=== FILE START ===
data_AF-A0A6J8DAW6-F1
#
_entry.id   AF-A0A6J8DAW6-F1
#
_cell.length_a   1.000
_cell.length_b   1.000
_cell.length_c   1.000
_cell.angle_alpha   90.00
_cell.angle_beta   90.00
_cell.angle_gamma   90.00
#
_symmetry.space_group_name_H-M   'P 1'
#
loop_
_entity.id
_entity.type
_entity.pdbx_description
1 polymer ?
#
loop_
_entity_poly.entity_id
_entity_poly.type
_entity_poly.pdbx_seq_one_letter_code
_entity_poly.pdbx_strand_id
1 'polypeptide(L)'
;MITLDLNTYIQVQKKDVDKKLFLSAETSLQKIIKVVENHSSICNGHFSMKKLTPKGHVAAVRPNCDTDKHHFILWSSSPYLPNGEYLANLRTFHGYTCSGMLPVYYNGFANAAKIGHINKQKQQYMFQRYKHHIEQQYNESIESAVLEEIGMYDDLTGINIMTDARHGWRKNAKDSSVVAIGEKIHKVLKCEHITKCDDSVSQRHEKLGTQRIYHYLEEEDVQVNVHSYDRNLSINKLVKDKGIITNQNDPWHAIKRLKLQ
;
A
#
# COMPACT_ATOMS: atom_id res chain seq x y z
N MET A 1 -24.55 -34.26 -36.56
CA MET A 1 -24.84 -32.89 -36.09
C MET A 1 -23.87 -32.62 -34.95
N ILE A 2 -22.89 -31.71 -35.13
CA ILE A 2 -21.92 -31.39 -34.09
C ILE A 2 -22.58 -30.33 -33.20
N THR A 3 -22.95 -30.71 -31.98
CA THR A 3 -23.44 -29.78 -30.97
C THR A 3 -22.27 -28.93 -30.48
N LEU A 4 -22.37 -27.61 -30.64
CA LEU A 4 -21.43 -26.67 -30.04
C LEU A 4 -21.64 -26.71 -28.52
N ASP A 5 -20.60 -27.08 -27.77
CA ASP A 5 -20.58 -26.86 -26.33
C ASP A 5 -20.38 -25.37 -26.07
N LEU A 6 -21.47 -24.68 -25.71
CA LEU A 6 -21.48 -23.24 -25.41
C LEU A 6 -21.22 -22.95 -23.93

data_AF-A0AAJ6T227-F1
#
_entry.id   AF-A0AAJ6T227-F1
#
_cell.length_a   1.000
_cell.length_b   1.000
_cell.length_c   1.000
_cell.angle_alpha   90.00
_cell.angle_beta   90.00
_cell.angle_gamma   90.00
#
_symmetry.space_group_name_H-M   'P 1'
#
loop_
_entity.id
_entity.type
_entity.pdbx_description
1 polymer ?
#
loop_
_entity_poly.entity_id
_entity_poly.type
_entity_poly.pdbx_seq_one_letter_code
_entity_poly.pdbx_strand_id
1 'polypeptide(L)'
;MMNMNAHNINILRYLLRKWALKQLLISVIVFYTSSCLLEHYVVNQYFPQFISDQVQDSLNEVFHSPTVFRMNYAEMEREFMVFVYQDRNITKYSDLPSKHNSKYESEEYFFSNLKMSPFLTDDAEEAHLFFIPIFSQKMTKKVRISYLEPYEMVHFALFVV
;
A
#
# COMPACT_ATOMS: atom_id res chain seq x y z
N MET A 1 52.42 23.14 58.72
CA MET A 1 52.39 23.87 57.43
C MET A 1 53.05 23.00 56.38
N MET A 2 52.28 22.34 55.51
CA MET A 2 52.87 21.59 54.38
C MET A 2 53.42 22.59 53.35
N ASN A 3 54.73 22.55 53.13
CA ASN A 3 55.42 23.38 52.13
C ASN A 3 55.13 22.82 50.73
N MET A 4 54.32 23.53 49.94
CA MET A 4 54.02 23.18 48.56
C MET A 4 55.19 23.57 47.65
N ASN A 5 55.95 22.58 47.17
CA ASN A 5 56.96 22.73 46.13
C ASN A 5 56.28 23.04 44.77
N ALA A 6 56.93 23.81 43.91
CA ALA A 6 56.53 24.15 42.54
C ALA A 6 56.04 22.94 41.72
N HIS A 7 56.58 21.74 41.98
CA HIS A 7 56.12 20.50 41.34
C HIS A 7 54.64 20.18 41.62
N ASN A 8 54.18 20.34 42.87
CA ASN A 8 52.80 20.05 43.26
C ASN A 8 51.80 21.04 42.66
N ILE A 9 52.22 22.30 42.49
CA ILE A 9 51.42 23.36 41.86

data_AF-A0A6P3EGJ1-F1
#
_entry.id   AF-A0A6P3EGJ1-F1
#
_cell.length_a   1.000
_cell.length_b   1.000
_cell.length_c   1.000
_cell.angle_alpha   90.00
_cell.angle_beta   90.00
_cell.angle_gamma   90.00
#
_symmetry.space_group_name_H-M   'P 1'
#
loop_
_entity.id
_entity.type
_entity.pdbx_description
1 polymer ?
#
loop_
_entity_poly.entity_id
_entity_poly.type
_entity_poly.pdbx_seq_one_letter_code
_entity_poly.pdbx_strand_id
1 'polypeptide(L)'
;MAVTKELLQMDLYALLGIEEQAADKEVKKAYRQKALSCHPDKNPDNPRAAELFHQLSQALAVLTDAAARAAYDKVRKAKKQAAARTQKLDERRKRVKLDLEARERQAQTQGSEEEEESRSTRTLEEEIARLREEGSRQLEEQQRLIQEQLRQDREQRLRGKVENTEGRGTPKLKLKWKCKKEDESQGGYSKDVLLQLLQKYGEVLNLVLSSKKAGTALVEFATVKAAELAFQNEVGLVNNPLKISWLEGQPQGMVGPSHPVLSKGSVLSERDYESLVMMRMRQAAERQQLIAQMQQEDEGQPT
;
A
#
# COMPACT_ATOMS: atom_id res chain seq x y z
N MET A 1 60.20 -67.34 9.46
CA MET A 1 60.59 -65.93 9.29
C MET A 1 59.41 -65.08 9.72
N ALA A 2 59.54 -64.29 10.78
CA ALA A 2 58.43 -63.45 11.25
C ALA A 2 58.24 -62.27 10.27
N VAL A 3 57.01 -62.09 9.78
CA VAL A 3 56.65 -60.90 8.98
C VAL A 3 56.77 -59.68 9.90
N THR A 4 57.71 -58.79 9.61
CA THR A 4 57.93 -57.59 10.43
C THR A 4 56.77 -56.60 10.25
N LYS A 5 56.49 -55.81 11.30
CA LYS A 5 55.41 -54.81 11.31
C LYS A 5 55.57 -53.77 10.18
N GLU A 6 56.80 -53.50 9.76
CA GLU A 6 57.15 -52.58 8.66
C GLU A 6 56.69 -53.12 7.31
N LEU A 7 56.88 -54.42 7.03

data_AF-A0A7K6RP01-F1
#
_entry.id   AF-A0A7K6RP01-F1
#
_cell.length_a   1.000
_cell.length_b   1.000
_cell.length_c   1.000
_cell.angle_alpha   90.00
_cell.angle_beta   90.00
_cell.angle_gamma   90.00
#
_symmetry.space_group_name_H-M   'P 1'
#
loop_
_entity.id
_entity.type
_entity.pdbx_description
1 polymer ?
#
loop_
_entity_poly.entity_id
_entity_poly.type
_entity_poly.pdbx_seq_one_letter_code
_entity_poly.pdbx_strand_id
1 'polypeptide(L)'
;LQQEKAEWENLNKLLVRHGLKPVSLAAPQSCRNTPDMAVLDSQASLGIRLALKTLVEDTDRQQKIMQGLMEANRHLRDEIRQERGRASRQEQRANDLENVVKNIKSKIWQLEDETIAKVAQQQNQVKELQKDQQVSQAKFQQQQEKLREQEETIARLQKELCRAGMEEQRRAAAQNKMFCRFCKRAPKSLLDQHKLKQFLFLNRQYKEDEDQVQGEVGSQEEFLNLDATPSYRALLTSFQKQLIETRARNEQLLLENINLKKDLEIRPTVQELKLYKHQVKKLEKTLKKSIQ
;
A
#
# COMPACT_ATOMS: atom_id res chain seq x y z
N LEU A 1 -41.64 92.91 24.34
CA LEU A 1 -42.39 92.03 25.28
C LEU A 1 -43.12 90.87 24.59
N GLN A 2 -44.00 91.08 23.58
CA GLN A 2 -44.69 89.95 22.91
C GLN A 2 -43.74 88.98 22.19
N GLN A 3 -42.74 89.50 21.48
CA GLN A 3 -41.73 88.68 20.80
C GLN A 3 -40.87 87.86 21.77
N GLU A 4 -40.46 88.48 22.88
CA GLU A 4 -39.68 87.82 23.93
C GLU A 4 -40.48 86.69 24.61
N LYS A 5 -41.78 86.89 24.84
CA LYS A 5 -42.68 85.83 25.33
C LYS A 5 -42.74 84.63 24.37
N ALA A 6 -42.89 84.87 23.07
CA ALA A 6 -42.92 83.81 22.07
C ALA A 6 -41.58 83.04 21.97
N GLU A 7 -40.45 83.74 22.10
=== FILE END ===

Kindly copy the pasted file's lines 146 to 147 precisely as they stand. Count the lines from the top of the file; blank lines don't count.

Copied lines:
C THR A 4 56.77 -56.60 10.25
N LYS A 5 56.49 -55.81 11.30